|Batman >> View Post|
Subj: Federal agents do pop up from time to time
Posted: Mon Nov 28, 2011 at 03:46:09 pm EST (Viewed 267 times)
Reply Subj: FBI and Gotham City
Posted: Sun Nov 27, 2011 at 02:19:17 pm EST (Viewed 7 times)
Jim Starlin used the FBI in his Batman run in the late 80s.
For instance: There was a whole squad of FBI agents working with the GCPD in the "Ten Nights of the Beast" story arc (debut of the KGBeast). The mission statement was to prevent the KGBeast from killing ten selected Americans, of whom the last on the list was President Ronald Reagan.
(I'm not saying the FBI agents did very well against the Beast, but at least they tried!)
There was also a CIA agent working on that case -- he was more tolerant of Batman's unconventional methods than was Agent Parker, the very by-the-book FBI agent in charge of the squad trying to catch the Beast.
About a year later, around the end of his run, Starlin did a one-issue story which showed Batman fighting his way through a whole bunch of guys in suits on the cover. The caption was something like this: "And if he gets past the FBI . . ."
I think one of Chuck Dixon's miniseries about Gordon and the GCPD, back around the late 1990s or thereabouts, included an FBI agent (who turned out to be crooked, if memory serves). The idea was that a gang of armed men (some or all of whom were crooked GCPD cops, as it turned out) had stolen six million dollars in crisp hundred-dollar bills from the Gotham branch office of the Federal Reserve. The gang had made a clean getaway and it was several months before any of the bills turned up. (The idea was that since they were brand new off the printing presses, the government knew exactly what range of serial numbers should be on the bills in those shipping cases, I think.)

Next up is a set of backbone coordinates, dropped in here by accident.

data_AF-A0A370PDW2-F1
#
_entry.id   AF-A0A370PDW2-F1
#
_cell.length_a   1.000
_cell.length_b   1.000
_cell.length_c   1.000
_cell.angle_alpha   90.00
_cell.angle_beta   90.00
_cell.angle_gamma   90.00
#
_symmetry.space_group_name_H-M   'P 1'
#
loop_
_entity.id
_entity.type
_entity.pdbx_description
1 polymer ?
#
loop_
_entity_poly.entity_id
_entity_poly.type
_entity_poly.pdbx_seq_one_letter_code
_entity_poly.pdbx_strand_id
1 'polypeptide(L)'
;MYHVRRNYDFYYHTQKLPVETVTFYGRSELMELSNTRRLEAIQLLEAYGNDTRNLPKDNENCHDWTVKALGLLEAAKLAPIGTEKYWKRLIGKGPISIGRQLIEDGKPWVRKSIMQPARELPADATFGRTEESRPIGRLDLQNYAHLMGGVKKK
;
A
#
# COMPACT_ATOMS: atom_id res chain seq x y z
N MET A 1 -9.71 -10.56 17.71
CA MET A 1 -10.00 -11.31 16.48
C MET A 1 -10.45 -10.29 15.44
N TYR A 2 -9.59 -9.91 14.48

Also in the 1990s, there was the short-lived series "Chase." The title character was a federal agent of the (fictional) agency "the DEO" which specialized in superpowered problems. She actually debuted in a Batman storyline in one of his own titles, as I recall, and then got spun off into her own title (which lasted maybe a year?).
I seem to recall that Jeph Loeb had FBI agents working on a kidnapping case (involving Killer Croc) in the beginning of the 12-part "Hush" epic. There was something of an ego clash between their leader and Batman on how to handle the case.
And for whatever it's worth, when Batman's origin story was retold in the "zero issues" of his core titles right after "Zero Hour," we were told that young Bruce Wayne actually joined the FBI and then walked out after six weeks -- probably because it involved far too much paperwork and not nearly enough action for his tastes?
Quoth Our Raven -- Beast Boy finally works up the nerve to ask Raven for a date, with odd results. [Set in the TV show's continuity, this is a humorous narrative poem loosely modeled on Edgar Allan Poe's "The Raven."]